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Top Dos and Don’ts For Medical Records Summarization

Medical Records Summarization

In medico-legal cases such as medical malpractice/negligence, mass tort, or personal injury, medical records summarization allows attorneys to extract the plaintiff’s relevant medical information. If there is any error or pitfall in the documentation of the medical records, it can hamper the legal preparation of the trial. In addition, inaccurate information is a loophole and can have serious legal implications. Therefore, a medical records review company has to be relied upon to preserve pertinent patient data and save attorneys from reading through the medical records.

What are the Dos and Don’ts for Medical Records Summarization?

While summarizing medical records, you need to ensure that the medical records are complete, correct, and convenient.

Have a Glance at the Do

  • Highlight the most recent information first

Make sure that you have all the required medical records prior to writing summaries. The medical summaries should reflect the treatment and care received by the patient. It should also elaborately mention the present medical condition of the plaintiff.

  • Details of the medication administered

Ensure that the details of the medication that induced allergic reaction or any adverse condition are mentioned in the medical summary of the plaintiff.

  • Focus on clinically relevant information

It is crucial to list all the health practitioners involved in the treatment of the plaintiff. In a personal injury case, the medical summary should contain the particulars of the medical practitioners who gave immediate care in the ER. Also, the data should corroborate evidence to sue medical practitioners if they have administered the wrong medication to the plaintiff.

  • Record the rationale for clinical decisions

The diagnostic and treatment rationale has to be documented to point out that another course was overlooked. Note down if there was any lapse in obtaining the written recommendation of a consultant. The medical summary should include alternatives considered, the medical judgment of the health practitioner, and the clinical basis of the decision. For instance, care during labor and the rationale for an operative delivery have to be mentioned.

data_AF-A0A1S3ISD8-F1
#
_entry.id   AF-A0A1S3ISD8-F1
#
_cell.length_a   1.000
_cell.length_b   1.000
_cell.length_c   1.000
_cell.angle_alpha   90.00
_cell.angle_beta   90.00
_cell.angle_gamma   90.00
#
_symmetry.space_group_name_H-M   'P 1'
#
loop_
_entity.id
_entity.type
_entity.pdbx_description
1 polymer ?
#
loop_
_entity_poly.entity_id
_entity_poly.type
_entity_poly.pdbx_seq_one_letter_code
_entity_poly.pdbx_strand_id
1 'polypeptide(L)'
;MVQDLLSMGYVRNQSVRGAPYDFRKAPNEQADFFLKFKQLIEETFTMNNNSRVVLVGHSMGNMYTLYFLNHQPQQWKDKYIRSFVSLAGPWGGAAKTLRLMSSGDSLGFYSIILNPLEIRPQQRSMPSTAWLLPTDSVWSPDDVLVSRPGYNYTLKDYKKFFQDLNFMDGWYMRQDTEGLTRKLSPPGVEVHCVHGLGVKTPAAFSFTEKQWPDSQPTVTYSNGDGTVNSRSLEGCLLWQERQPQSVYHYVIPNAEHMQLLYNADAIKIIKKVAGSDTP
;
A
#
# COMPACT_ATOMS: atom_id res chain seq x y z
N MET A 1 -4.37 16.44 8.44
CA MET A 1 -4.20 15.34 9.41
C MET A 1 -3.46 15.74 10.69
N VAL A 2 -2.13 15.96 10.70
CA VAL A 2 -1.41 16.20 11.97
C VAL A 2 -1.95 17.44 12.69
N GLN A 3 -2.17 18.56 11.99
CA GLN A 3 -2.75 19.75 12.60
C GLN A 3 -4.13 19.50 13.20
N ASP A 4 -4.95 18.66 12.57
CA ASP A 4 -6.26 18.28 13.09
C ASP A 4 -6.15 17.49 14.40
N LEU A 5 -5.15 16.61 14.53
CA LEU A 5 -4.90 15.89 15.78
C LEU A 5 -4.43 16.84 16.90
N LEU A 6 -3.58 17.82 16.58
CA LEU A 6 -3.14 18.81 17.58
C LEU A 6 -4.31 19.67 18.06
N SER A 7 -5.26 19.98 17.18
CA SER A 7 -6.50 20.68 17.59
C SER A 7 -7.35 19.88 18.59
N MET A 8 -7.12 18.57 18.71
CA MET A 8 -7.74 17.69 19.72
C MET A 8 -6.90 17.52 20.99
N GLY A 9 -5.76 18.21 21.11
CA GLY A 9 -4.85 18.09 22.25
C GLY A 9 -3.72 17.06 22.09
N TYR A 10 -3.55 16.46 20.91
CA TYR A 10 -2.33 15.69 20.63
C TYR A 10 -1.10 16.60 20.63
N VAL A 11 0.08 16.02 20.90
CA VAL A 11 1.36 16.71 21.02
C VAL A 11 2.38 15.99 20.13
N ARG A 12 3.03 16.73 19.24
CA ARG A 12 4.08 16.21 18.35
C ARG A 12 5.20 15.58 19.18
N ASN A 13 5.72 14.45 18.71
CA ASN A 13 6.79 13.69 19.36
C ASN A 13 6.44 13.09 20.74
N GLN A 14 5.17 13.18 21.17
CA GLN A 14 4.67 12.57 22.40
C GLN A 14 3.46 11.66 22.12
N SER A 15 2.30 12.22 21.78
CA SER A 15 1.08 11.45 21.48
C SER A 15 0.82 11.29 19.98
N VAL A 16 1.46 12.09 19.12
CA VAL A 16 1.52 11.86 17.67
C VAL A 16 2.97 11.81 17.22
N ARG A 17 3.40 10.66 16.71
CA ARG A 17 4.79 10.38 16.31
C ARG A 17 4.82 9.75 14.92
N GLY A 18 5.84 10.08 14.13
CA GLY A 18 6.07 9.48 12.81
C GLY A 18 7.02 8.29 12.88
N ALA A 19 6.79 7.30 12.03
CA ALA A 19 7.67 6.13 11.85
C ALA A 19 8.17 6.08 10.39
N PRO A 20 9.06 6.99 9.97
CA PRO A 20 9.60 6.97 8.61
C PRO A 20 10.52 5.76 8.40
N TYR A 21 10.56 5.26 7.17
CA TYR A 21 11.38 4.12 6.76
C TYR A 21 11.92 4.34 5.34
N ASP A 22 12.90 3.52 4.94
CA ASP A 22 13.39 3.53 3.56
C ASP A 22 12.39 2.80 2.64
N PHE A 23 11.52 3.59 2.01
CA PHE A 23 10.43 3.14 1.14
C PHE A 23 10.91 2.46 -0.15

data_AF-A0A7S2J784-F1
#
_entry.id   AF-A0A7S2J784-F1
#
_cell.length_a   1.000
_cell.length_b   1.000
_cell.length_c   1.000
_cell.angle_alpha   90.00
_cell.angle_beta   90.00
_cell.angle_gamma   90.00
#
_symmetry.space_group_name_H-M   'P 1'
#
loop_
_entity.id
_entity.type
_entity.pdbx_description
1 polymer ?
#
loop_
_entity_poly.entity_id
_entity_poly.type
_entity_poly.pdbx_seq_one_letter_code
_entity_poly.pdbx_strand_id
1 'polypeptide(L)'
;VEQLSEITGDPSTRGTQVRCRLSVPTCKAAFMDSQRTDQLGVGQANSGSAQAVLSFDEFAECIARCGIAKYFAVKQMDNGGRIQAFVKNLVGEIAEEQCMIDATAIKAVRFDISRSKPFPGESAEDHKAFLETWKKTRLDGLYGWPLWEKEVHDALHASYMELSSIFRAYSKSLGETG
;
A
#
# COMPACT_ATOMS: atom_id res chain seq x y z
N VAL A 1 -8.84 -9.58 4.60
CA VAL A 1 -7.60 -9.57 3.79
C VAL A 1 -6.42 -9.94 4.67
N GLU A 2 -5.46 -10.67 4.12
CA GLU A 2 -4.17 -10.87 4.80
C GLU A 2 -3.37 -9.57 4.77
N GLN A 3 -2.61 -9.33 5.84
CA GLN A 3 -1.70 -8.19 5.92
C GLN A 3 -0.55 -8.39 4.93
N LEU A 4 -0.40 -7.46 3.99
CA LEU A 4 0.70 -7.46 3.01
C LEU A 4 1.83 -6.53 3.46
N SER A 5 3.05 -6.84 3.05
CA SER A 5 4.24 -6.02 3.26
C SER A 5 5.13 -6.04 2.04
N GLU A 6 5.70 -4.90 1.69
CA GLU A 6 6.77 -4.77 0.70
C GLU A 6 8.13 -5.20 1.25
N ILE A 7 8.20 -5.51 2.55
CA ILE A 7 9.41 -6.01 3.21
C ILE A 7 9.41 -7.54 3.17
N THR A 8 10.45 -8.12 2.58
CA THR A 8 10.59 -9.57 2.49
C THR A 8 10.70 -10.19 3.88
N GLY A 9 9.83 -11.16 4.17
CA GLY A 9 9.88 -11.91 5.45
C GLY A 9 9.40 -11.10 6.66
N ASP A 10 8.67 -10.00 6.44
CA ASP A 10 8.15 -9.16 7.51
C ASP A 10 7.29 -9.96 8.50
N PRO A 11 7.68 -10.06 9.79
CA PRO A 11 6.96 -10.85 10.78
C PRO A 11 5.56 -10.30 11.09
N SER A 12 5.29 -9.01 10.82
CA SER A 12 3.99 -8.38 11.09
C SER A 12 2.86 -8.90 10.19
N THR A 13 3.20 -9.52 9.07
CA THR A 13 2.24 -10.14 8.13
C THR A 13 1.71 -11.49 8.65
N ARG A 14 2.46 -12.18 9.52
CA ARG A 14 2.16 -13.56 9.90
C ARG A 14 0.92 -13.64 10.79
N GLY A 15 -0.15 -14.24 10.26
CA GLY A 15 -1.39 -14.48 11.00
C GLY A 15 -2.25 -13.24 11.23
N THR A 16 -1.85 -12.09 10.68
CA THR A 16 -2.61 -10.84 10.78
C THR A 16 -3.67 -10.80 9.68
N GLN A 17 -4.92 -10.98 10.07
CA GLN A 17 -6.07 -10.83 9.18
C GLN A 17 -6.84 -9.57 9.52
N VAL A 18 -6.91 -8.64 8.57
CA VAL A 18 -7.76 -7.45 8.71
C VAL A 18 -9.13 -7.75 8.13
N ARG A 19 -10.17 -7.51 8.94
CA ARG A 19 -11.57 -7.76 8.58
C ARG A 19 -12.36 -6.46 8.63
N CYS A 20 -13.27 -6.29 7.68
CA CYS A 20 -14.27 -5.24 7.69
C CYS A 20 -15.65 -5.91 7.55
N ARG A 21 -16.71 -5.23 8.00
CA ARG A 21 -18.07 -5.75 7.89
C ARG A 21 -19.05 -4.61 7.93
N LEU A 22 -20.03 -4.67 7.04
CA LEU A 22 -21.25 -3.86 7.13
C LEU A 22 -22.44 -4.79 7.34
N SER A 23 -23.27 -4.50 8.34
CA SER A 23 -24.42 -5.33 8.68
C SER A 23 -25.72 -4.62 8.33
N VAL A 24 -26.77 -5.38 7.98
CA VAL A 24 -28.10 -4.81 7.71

• Mention clinically-related correspondence

Gather and compile all clinical communication between the health care providers and the patient. For example, termination of a patient-clinician relationship has to be specified in the summary along with correspondence related to the plaintiff’s request or medical practitioner’s decision to terminate the relationship. Also, note any correspondence regarding patient complaints and responses.

  • Reviewing to identify conflicting data

There can be some clinical observations that might impact the outcome of the case. It has to be identified by rereading the notes and factually giving the rationale by consulting with the care providers.

Have a Look at the Don’ts

  • Avoid discriminatory remarks
  • Include socio-economic details only if it is deemed necessary.
  • Never write self-serving or finger-pointing statements in the medical record of the patient.
  • Avoid including non-patient care information like details of incident reports or referrals to legal services.
  • Altering a patient’s medical record is a criminal offense. Therefore, the medical records have to be maintained intact.
  • Avoid using shorthand or abbreviations that aren’t widely accepted.
  • The comments and responses of the patient have to be given inside quotation marks.
  • Ensure that the medical records do not have imprecise information.

Why Outsource Medical Chart Review?

Attorneys are required to do a thorough medical chart review prior to the summarization of medical records. However, outsourcing the process of medical records review can save time and effort for attorneys. They can benefit from accurate medical case summaries that provide a clear understanding of the case.

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